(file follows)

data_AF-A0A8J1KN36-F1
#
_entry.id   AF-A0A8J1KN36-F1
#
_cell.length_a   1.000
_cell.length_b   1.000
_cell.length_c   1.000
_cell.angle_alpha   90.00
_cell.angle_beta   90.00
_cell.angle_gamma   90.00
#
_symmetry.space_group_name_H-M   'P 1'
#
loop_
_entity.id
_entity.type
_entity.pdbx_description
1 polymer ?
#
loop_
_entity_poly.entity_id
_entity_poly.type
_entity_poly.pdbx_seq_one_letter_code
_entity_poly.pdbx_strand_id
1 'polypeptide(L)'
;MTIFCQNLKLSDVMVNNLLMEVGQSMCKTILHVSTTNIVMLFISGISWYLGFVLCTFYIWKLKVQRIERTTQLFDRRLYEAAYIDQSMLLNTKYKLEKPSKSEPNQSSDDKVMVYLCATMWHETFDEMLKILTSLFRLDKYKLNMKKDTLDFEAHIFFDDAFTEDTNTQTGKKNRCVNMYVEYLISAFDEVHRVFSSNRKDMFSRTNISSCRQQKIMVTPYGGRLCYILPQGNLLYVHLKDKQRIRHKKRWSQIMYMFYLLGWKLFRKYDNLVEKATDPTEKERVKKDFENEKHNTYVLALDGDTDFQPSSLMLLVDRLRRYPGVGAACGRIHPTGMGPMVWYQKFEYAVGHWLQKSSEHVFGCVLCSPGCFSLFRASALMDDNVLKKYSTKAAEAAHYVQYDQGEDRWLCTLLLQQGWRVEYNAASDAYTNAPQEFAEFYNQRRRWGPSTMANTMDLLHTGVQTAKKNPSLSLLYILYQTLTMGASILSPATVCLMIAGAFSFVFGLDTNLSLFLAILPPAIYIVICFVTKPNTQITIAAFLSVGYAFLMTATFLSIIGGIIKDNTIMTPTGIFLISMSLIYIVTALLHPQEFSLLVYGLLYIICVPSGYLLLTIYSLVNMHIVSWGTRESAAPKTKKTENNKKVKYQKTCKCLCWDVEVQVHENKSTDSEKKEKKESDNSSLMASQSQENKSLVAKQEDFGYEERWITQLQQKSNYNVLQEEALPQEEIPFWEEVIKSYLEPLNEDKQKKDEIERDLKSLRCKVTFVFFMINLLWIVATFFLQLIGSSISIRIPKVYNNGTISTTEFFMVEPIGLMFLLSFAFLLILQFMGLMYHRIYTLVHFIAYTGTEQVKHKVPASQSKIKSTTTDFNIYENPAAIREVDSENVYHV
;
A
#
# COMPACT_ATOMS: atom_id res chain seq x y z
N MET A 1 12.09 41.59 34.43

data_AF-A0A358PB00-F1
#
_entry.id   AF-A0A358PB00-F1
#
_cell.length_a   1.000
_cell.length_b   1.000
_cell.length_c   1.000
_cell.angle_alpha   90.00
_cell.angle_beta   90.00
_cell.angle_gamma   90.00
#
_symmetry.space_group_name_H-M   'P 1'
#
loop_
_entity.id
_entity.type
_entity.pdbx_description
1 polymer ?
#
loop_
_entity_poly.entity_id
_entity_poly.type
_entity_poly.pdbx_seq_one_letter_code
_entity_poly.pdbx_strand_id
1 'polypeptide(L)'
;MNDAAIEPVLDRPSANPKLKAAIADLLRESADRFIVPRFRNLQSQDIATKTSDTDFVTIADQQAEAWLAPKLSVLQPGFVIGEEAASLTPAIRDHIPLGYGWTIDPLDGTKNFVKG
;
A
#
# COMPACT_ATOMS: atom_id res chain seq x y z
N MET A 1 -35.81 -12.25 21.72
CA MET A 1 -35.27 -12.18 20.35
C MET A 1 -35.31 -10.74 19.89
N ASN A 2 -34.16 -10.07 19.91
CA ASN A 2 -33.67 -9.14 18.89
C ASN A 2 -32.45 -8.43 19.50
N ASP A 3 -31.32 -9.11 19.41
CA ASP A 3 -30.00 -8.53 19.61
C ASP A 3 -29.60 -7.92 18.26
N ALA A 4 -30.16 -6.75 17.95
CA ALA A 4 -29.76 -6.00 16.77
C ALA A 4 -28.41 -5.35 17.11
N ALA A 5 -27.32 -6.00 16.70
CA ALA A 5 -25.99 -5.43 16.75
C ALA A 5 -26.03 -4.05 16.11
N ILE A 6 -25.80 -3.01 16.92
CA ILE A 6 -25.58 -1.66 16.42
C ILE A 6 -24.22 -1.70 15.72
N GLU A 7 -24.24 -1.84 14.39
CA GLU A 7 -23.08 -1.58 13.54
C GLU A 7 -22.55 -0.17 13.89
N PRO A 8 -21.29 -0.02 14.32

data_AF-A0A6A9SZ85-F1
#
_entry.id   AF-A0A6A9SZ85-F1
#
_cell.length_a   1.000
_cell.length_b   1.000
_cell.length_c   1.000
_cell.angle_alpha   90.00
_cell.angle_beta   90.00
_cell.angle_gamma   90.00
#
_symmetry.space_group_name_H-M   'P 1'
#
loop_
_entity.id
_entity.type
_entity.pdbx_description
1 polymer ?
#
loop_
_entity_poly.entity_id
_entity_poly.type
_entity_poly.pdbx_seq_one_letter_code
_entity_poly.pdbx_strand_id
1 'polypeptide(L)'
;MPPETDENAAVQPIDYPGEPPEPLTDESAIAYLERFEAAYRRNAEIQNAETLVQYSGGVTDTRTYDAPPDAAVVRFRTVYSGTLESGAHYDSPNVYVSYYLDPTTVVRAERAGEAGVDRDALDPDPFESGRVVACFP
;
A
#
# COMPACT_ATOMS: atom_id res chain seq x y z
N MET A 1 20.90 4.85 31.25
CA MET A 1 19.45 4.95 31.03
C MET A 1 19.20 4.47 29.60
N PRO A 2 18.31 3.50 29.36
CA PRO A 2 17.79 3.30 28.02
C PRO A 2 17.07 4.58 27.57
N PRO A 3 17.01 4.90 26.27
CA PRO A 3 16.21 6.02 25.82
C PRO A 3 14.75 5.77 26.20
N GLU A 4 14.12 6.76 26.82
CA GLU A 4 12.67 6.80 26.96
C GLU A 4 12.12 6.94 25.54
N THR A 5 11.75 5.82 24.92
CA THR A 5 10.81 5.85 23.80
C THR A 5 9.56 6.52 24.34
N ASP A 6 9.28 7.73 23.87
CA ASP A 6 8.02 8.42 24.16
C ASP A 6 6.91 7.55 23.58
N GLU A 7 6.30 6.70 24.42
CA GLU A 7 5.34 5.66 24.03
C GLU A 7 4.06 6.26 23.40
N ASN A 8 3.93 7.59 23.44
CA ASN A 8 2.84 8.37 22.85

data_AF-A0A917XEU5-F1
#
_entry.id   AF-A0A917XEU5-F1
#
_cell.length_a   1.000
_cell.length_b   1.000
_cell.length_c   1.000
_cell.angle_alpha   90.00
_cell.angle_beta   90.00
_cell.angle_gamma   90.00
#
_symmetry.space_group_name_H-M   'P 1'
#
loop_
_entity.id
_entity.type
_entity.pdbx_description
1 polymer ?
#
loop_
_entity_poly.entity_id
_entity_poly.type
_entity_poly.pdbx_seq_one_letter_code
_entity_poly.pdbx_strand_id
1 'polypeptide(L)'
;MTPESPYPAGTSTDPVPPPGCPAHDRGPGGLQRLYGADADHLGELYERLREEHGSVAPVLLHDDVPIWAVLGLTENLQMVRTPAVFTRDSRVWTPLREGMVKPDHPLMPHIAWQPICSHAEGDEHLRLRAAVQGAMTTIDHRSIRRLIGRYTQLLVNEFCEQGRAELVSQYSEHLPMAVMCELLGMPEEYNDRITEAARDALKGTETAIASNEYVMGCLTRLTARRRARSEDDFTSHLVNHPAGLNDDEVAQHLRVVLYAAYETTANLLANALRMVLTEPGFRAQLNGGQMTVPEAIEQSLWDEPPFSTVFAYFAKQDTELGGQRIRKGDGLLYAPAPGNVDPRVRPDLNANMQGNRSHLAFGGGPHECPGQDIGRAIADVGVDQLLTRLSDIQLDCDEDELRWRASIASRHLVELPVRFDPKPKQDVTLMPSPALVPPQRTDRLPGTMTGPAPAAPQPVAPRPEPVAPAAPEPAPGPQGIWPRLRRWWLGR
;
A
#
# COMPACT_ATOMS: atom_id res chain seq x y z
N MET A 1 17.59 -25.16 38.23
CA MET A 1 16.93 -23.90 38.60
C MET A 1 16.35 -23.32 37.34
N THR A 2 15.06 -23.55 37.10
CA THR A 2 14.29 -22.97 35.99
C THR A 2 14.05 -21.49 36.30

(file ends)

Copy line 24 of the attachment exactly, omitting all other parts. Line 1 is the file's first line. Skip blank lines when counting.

_entity_poly.pdbx_strand_id